Archive for the ‘Yoga Unites for Living Beyond Breast Cancer’ Category

Our New Vision and Mission

August 20, 2013

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This morning, Living Beyond Breast Cancer’s CEO Jean Sachs released the following message to our friends and supporters:

Dear Friends:

All of us at Living Beyond Breast Cancer are excited to share our new vision and mission statements with you:

Our new vision

A world where no one impacted by breast cancer feels uninformed or alone.

Our new mission

To connect people with trusted breast cancer information and a community of support.

These new statements were developed with the help of over 1,200 of you who responded to a survey we sent out earlier this year. Your input was used in a day-long retreat with members of the board of directors and staff. We learned what LBBC services are valued most and why so many have come to depend on our educational programs and services that allow for connection to others diagnosed with breast cancer.

For me, these new statements say with clarity what we strive to do every day and what we hope to achieve over time. Yesterday, I spoke with a long-time friend who had just been diagnosed with breast cancer.  She was overwhelmed, scared and shocked. Our conversation and the resources I was able to put in her hands grounded her and provided her with enough comfort and confidence to take the next step.

This is what LBBC does every day, and it is exactly what the new vision and mission statements express.

I hope you share my enthusiasm and, as always, if you have comments I would love to hear from you.

Warmly,

Jean 

Jean A. Sachs, MSS, MLSP

Chief Executive Officer

LBBC

Judy Zwillenberg: Insights from an LBBC Intern – Part 3 of a 3 Part Series

August 21, 2012

The staff here at Living Beyond Breast Cancer is excited to have many new faces and strong minds in the office, with a special appreciation going out to our interns. In this final installment of her three-part series, intern Judy Zwillenberg reflects on what she’s learned here at LBBC.

With my internship drawing to a close, I wanted to take some time to remark on the dedication of LBBC’s staff. I don’t think I’ll adequately be able to explain their passion for what they do, but I will try to convey to the readers some of what I have learned from them.

My supervisor suggested that I meet with many members of LBBC’s staff to find out about their careers and why they chose LBBC and non-profit work. As expected, these meetings not only provided me with helpful advice for my future, but also allowed me to see LBBC from the eyes of those instrumental in its success.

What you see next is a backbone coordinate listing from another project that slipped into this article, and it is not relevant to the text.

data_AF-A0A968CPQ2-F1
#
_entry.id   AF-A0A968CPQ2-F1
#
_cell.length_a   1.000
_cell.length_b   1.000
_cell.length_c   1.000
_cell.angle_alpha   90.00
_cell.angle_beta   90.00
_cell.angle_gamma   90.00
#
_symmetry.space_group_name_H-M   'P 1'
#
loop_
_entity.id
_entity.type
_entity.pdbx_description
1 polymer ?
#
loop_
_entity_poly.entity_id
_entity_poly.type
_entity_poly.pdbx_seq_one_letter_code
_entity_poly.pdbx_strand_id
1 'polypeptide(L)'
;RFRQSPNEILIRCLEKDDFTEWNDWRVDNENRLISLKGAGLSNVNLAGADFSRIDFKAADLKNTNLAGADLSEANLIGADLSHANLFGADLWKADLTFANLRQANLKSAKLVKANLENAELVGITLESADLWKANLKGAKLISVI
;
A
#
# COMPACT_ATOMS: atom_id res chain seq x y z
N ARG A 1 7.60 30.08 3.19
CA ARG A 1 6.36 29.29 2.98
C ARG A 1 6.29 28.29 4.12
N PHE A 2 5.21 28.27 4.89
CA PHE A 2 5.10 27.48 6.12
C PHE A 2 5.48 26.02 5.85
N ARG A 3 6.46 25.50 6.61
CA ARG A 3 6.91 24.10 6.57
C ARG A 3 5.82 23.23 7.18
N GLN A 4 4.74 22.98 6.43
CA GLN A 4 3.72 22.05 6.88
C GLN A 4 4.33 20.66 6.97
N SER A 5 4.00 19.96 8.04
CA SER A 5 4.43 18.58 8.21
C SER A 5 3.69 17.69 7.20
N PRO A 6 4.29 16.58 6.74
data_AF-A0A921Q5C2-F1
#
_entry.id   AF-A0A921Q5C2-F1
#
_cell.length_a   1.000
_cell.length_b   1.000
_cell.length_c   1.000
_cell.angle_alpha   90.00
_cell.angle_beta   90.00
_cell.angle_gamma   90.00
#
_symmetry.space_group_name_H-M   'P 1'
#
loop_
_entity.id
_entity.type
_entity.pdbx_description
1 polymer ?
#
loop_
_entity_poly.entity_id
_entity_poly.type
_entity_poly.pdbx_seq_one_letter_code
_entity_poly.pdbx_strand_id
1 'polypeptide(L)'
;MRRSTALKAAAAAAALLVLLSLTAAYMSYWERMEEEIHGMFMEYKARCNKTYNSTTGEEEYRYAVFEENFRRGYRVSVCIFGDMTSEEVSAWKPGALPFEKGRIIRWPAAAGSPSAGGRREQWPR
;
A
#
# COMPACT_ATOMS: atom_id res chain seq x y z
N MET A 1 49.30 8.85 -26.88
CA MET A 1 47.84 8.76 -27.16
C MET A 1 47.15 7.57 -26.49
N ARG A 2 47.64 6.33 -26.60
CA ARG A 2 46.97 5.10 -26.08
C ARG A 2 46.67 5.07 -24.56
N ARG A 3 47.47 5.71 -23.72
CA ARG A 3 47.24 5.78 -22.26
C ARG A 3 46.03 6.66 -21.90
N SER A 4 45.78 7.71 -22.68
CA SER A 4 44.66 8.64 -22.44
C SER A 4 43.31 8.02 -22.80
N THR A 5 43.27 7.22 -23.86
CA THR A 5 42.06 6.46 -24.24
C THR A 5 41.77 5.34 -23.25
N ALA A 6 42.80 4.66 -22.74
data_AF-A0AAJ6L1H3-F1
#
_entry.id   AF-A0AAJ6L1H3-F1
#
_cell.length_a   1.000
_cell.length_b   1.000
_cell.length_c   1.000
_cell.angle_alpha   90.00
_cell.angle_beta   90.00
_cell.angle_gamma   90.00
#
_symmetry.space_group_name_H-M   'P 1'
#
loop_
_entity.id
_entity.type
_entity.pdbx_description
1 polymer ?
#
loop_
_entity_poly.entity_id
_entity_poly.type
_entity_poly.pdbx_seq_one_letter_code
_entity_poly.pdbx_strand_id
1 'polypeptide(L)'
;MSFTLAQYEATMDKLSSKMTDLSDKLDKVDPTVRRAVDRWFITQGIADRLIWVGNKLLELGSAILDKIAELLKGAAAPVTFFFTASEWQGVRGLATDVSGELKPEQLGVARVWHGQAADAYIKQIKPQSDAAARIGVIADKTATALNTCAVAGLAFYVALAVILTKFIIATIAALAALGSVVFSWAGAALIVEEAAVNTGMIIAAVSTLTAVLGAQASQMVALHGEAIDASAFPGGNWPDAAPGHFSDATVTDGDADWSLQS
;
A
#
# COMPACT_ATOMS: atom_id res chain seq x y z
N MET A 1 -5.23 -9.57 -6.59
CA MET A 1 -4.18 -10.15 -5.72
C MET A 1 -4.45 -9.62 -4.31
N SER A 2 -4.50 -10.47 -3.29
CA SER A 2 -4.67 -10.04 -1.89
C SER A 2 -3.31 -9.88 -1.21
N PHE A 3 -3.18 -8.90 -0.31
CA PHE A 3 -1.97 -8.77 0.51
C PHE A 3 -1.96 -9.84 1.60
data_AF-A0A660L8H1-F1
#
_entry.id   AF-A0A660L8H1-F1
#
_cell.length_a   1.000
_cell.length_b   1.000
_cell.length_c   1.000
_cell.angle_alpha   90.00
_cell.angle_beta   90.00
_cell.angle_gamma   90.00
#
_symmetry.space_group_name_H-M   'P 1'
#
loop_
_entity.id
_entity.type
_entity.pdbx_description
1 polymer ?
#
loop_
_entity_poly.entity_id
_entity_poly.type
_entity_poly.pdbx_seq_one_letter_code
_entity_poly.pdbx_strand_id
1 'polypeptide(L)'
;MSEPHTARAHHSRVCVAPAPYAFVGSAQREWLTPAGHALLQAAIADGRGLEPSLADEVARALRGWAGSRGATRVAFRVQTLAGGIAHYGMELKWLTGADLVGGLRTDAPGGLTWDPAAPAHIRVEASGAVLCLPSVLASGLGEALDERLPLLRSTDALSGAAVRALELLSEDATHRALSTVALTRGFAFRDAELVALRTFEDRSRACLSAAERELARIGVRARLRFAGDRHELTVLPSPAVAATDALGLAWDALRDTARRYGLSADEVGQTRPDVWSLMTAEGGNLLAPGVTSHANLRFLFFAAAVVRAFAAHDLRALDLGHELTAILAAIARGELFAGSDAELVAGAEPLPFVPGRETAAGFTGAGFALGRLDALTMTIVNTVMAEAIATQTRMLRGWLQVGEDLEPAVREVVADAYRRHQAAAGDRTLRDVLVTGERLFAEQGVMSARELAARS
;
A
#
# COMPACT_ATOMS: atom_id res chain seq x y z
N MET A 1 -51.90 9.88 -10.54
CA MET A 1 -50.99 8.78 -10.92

For many members of LBBC’s team, working at a breast cancer nonprofit was not a normal step in the progression of their careers, and several even had jobs outside of the health field. Furthermore, some of the staff had no personal connection to breast cancer prior to their employment at LBBC. Nevertheless, through working at LBBC, they have found jobs they feel are worthwhile and important. And, for those whose lives were affected by breast cancer, whether through their own diagnosis or that of someone close to them, LBBC provides an outlet to better the lives of other women coping with the disease. By navigating women through diagnoses, treatments, and concerns after cancer, they feel that they are “working for a reason” and find meaning in what they do.

After interning at LBBC’s office for the summer, it has become clear to me that LBBC truly is a unique organization. LBBC genuinely cares about women with breast cancer. It is a place where all women of different ages, breast cancer stages, and races are welcome, and receive individualized care and support. For every issue or question, LBBC is available with expert programming, conferences, and access to other survivors who have been in the same situation. LBBC ensures that women’s concerns are addressed in a respectful way, and works hard to give women tailored information in the hopes of making their breast cancer struggle less difficult.

Importantly, every member of the staff fully believes in the mission statement of the organization: to empower all women affected by breast cancer to live as long as possible with the best quality of life. In my opinion, this is what makes LBBC such an accomplished non-profit. Living Beyond Breast Cancer’s commitment to its mission statement guarantees LBBC is sensitive to women’s needs, and provides high-quality resources that are informative and helpful. It doesn’t force any ideas or materials upon women, but simply gives them tools to make the decisions that are right for them. As one member of the staff said, “It’s not what we say, but how we say it.”  Finally, since LBBC is so dedicated to its cause, it makes certain that the purpose of the organization is to help; it’s not about personal gain or bolstering the image of LBBC.